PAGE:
Why to Consider Assisted Living in Illinois

When a Loved One Won't Agree to a Nursing Home: Illinois Residential Placement Explained

Updated on:
November 9, 2018

In this article, we will discuss your options when a loved ones does not want to go to a nursing home. We will cover “Why to Consider Assisted Living in Illinois,” “Tips for Convincing a Loved One to Move to Assisted Living," and “Forcing a Loved One to Move to Assisted Living.”


Why to Consider Assisted Living in Illinois

Deciding whether or not to move a loved one to assisted living can be one of the toughest decisions a family can make.  Your loved one may enjoy the consistency of staying at their family home or the independence of living on their own.  They may view assisted living as a step backwards or an admittance of failure.  Other family members may also be concerned about assisted living because of price or reluctance to have strangers be responsible for their loved ones.  However, many people come to a point in there lives where living on their own is not the best option for themselves and their families.  They may be inadvertently putting themselves in danger, forgetting important things, or starting to lose their physical fitness.  Assisted living offers an opportunity for senior citizens to receive the help they need in the new phase of their lives and provides an environment where they can be social, active, and healthy.


Tips for Convincing a Loved One to Move to Assisted Living in Illinois

Discussing a move to assisted living can be stressful and bring up a lot of questions and concerns.  The best piece of advice for discussing assisted living with your loved one is to bring it up early and often, long before it is seen as a necessity.  This will inspire conversation from everyone involved on how they feel about assisted living and what they would want from an assisted living situation if it were to arise.  It also gives members of the family time to adjust to the idea of making the significant change and to do research on their options in a pressure-free situation.  If a loved one is hesitant about assisted living, there are a few things that can help them see the benefits:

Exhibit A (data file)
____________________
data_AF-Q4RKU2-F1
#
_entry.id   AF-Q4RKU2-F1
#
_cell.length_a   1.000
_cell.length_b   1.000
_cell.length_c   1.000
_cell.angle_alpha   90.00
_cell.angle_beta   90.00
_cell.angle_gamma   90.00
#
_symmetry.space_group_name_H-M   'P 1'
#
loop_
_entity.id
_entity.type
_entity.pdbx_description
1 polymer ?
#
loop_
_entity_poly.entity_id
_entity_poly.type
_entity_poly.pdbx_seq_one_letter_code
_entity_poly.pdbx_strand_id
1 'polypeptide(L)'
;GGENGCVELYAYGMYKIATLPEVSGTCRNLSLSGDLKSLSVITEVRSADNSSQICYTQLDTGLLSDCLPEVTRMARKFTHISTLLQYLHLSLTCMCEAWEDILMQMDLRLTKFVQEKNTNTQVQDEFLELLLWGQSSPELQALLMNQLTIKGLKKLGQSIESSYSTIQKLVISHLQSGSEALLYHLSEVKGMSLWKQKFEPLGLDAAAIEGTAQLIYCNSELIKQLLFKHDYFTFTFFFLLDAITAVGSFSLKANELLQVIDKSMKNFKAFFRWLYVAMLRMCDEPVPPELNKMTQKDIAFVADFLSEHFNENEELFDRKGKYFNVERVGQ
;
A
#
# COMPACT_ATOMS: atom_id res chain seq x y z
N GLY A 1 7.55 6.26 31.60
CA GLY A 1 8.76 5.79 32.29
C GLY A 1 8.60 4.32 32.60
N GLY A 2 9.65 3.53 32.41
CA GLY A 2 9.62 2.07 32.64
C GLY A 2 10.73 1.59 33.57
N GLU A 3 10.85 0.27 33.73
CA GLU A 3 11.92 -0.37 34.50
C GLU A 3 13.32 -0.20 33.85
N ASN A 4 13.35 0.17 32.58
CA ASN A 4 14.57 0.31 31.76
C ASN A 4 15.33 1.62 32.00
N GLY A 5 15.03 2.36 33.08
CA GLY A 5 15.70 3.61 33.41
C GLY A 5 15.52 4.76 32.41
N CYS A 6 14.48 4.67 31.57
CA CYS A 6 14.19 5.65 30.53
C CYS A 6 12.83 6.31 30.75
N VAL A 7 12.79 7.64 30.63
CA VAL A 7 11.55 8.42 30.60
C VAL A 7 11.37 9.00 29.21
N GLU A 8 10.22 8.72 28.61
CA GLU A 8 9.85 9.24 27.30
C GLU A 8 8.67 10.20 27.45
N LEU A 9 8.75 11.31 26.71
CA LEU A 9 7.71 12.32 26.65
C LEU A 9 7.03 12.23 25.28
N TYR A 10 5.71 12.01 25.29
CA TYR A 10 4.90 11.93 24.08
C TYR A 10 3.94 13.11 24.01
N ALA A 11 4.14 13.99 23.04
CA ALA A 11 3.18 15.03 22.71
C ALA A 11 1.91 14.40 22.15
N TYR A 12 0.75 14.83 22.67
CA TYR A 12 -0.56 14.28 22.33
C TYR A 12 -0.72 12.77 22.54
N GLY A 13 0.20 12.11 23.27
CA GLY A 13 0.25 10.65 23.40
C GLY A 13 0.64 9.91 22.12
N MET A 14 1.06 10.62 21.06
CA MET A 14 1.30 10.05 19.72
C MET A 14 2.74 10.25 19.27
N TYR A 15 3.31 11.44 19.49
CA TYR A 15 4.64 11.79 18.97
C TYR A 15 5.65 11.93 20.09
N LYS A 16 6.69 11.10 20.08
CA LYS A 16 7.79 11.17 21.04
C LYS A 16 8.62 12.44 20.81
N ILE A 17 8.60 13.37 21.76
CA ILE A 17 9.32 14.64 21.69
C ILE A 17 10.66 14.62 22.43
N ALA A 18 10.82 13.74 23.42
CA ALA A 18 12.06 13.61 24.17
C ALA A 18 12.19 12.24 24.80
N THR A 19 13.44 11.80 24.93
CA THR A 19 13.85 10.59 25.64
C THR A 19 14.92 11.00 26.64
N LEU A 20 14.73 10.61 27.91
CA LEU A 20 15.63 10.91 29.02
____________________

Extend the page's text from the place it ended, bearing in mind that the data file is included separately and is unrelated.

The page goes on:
• Take a loved one to an assisted living facility or have them meet someone who works in the field.  This can remove some of the negative stigma around life in assisted living and show some of the benefits in action.  

  • Talk openly with your loved one about the cost, stress, and anxiety that avoiding an assisted living facility can cause them.  This shows your loved one that your motivations for this move are out of love and concern for them rather than self-serving.  

  • Discuss and explore the various options available for them.  Not all assisted living is created equal.  There are several options for services and a wide variety of providers.  Exploring further options can help narrow down the desires of your loved one.
  • Avoid placing blame.  One common emotions that can occur for a loved one who is facing potential assisted living is self-blame or feeling that they are failing their loved ones.  When discussing their options, it is important to remind loved ones that these changes in lifestyle are not their fault and that many people deal with the same problem when entering this new phase of their lives.


How to Force Someone to Move to Assisted Living

Nobody wants to force a loved one or family member to move against their will, especially if they are adamantly opposed to the change.  However, situations may arise when there is no other choice.  A loved one may reach a point where they are endangering themselves and are not of sound enough mind to make decisions that are best for them.  If it reaches this point, the most efficient way to get them to the assisted living they may need is to get a court ordered guardianship over them.  As a guardian, you will be in charge of making decisions on behalf of your loved one and supporting them.  The  guardian process will require you to prove that the loved one is not capable of sound decision making or unable to care for themselves efficiently.  If this is proven, the guardian will be appointed and they can then decide on living situations for their loved one.  This can be a stressful and emotional decision, but understanding that what you are doing is out of care for your loved one can provide some peace of mind.  This elder guardianship process is complex and will require an understanding of Elder Law and Guardianship Law.  A guardianship attorney would be able to help you through this process to assure that it is completed as smoothly and efficiently as possible for you and your loved one.  


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When a Loved One Won't Agree to a Nursing Home: Illinois Residential Placement Explained
Disclaimer: Our articles and comment responses do not constitute legal advice and are not intended to create an attorney-client relationship.

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